• as silver said ,, if one cannot effectively ascertain a cleared firearm ,you have no business having one in the first place

  12. I put rabid GLOCK haters in the same you-just-forfeited-any-opportunity-to-be-taken-seriously bin as I do rabid Microsoft haters.

    These companies have dominated for decades with interesting, relevant and standard setting products that millions of people rely on and enjoy. Yes, I realize that neither was the absolute first to innovate the products for which they’re famous. Still, they each did more with them and took them farther than others before had. Really, you won’t find very many products which were completely unheard of in any form whatsoever prior to having been made major successes by someone else. So let’s not judge people or products by impossible, immaterial criteria.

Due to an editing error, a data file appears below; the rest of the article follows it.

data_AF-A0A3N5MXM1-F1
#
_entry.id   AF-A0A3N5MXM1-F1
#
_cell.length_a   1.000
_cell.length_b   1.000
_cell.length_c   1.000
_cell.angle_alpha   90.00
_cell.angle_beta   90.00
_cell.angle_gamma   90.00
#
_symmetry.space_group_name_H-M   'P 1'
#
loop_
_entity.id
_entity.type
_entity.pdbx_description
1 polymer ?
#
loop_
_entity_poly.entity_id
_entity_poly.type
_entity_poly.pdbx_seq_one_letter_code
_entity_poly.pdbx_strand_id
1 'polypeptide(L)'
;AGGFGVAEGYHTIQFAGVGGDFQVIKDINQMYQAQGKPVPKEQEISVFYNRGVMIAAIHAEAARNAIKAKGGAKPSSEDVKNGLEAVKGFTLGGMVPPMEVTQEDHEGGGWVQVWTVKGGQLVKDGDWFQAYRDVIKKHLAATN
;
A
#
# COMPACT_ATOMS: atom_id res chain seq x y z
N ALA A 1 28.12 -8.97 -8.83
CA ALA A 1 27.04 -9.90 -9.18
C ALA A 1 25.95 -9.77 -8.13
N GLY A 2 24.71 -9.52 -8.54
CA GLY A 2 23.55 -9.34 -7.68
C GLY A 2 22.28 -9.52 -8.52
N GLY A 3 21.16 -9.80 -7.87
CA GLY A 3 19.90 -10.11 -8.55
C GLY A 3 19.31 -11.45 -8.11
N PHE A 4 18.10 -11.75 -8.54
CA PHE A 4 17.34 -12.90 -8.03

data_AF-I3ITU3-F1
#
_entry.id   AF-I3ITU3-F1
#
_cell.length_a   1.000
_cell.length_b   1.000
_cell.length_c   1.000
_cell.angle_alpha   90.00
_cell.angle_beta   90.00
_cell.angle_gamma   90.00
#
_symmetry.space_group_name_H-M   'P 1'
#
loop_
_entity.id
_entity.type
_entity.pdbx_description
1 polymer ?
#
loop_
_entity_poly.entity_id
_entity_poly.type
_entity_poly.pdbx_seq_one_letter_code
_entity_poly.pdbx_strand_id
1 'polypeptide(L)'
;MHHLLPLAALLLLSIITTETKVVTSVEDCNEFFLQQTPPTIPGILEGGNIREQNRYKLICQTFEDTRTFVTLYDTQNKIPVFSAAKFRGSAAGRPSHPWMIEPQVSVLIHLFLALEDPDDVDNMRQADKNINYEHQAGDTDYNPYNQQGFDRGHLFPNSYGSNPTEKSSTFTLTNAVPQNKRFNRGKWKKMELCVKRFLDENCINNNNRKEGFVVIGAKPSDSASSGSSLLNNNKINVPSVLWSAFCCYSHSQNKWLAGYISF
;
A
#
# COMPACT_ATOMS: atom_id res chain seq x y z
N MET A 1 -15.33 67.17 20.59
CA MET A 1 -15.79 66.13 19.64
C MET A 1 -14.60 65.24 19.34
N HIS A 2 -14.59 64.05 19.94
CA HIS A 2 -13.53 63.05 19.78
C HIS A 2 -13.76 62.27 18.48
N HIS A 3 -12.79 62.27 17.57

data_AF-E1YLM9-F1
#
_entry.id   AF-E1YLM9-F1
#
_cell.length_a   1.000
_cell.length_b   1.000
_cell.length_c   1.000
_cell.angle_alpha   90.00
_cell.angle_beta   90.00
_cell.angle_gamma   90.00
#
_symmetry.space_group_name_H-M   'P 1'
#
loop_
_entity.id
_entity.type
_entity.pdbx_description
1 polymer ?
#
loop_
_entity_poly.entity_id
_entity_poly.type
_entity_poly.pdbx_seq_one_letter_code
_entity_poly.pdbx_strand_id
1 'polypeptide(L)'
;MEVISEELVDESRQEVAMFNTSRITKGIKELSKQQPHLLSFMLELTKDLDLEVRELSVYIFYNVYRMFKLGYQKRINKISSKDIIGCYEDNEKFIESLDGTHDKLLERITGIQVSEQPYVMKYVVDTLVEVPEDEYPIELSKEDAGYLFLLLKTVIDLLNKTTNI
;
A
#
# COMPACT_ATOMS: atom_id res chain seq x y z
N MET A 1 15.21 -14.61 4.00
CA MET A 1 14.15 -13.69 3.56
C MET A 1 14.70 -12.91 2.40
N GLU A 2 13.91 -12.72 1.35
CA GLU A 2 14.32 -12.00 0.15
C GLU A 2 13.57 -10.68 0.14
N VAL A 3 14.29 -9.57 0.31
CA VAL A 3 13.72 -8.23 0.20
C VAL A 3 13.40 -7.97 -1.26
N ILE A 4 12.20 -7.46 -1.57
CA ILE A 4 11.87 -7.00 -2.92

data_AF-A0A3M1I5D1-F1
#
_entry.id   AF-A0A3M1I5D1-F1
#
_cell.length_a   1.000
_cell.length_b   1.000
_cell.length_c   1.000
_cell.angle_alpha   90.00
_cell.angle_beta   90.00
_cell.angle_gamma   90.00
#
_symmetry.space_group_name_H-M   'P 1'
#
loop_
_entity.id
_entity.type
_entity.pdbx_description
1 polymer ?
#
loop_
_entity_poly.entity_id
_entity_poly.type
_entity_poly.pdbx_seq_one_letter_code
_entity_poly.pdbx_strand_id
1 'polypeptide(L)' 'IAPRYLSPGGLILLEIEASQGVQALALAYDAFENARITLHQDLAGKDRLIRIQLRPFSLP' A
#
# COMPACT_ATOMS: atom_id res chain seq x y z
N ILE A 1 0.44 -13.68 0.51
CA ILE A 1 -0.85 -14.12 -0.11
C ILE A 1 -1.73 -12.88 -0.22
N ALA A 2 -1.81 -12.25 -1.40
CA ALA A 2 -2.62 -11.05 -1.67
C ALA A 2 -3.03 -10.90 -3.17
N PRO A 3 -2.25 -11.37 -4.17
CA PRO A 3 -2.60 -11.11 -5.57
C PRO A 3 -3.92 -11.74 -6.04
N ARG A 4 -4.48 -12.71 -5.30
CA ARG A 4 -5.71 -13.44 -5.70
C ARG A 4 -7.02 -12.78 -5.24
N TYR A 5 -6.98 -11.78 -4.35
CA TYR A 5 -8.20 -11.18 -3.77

Go write your own software, design & build your own gun, make a gazillion dollars and show ’em all how its done.

  13. Guess you don’t just hate everything about glocks…seriously, this review sounds like it was done by someone who just collects guns but never actually carries or shoots them. You normally carry a 1911 but you just realized now that it might be difficult to disengage the safety under stress? Have you been under a rock? sounds so me like your a little too set in your ways.

    That said, welcome to the glock fan club. Its in writing now, this review will be floating around in the internetsphere for all time, you can never say again that you hate glocks. You’re a straight up glock lover. bahahah

  14. So… you hate Glocks, but you HAD to buy it for every reason that the Shield is better at it in, and yet isn’t a Glock?

    What?